A new version of Mac OS X gets released and not a peep from me? No way. There are critics, there are fanatics and then there is me. On the basis of my knowledge of every intricate detail regarding Apple Computer (Inc.), I not only pat myself on the back every so often (not physically of course) but have also won numerous computer quizzes, especially those that were mastered by little 11thy guys.
Now, if you are a Mac fanatic, you probably know everything this is to know about Tiger. It's the next major OS release by Apple, even though Paul Thurrott at WinSuperSite may say that it isn't major. It's not going to change the way you use your computer but, just like Florence Nightingale, it's "going to make everything better". All this is considering of course that you have a Mac with at least a G3 humming inside it (note:- processors do not actually hum). If, however, you happen to use an x86 machine (any processor released by Intel or AMD in the last decade) and installed on it you have a copy of Windows (or any other non-Mac operating system) you have three options (considering you want to have options at this stage): a) tell me about Longhorn and how it's going to kick Apple's ass, b) talk about Macs from the ordinary user's point of view or c) just plain accept the fact that "I have Tiger and you don't. Nyah Nyah N-Nyah Nyah".
I suggest you go with the third because if you try the first two, I will ignore you as I am weary of listening to cribbing Windows users. In the past four years, many of these cribbing Windows users have gone on to buy Macs themselves (including my very own brother).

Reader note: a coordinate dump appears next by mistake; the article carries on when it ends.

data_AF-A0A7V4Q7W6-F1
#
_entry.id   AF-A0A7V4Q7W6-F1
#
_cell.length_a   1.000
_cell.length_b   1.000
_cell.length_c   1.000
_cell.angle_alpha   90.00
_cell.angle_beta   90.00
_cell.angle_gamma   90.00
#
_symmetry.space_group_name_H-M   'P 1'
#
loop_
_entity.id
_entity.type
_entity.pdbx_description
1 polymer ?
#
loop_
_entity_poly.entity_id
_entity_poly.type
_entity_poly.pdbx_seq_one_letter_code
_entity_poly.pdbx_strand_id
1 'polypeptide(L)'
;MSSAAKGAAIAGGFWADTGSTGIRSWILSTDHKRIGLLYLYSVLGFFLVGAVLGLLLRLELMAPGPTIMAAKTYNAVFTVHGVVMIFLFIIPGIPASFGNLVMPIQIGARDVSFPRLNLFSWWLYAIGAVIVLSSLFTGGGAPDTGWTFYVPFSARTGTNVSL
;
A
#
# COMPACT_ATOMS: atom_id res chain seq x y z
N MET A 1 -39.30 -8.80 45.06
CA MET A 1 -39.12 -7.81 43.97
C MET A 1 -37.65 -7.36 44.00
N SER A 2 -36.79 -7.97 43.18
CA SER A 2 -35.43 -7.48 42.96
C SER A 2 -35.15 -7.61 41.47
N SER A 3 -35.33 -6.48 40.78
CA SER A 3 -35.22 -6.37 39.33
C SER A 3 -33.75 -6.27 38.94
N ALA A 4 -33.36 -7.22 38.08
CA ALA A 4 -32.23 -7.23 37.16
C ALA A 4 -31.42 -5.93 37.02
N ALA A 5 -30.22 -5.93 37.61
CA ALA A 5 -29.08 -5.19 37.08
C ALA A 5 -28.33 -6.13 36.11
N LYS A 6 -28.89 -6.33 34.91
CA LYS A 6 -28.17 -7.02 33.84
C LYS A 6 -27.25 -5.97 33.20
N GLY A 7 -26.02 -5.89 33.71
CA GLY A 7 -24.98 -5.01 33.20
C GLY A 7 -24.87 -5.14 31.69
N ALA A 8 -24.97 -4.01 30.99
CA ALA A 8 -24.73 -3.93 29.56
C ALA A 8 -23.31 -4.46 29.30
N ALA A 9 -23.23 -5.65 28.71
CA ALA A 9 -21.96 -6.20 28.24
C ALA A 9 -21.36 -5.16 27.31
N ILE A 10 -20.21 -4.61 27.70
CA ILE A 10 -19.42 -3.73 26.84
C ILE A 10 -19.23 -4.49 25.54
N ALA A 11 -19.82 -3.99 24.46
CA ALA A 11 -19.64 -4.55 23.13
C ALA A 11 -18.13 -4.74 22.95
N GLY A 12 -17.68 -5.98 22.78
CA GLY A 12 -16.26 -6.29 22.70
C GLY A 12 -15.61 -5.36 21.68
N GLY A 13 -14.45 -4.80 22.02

Now I've just gone over the last few paragraphs and seen how utterly pointless they are. So I'll leave you with this little picture, which is linked to the official Apple website for Mac OS X.
The Tale of a Game of Age of Empires
There exists in SEx (South Extension Part II, for the uninitiated), something known as "Reliance Web World" which happens to be a great place for gaming escapades. Maanick Nangia (Hon. Sir Altitude), one Abhishek Jha and I (Empéror) proceeded to the aforementioned premises and had a highly entertaining game of Age of Empires II: The Conquerors for about ninety minutes. Herein follows the tale of the game.
At 5.30pm, this game of Regicide began. A game of Regicide is unique in the way that each player has a King (with 75 hit points) who moves rather fast and is usually garrisoned inside the Castle, which is provided pre-built at the beginning of the game (regardless of the Age in which the game begins).
This was a game that is generally known as FFA in the AoE circles, and expands to "Free for All", which basically means that everyone's your enemy and you're everyone's enemy. So kill, slaughter and plunder!... if you have the means to do so. For the sake of description, I was blue, Sir Alt. was red and the other guy was green. Now the problem with an FFA is usually trickery, in that one may ally (informally) with another player and beat to pulp the third, and later the two can wade it out between themselves.
Before proceeding to narrate the plan of action, I must also tell you a few other important facts such as the map. Now, I think this map is called Rivers, because it consisted of three big lands, for each of us, split up with the aid of three narrow rivers (or one long river and one tributary). What this meant for us was that there was going to be major land combat but also quite a bit of treachery by naval forces. There were also five relics, as always there are. I took three of them by cunning and deceit while Red (Sir Alt.) got the remaining two. Relics give you a continuous supply of gold when you keep them in your Monastery, and the rate depends upon the number of relics.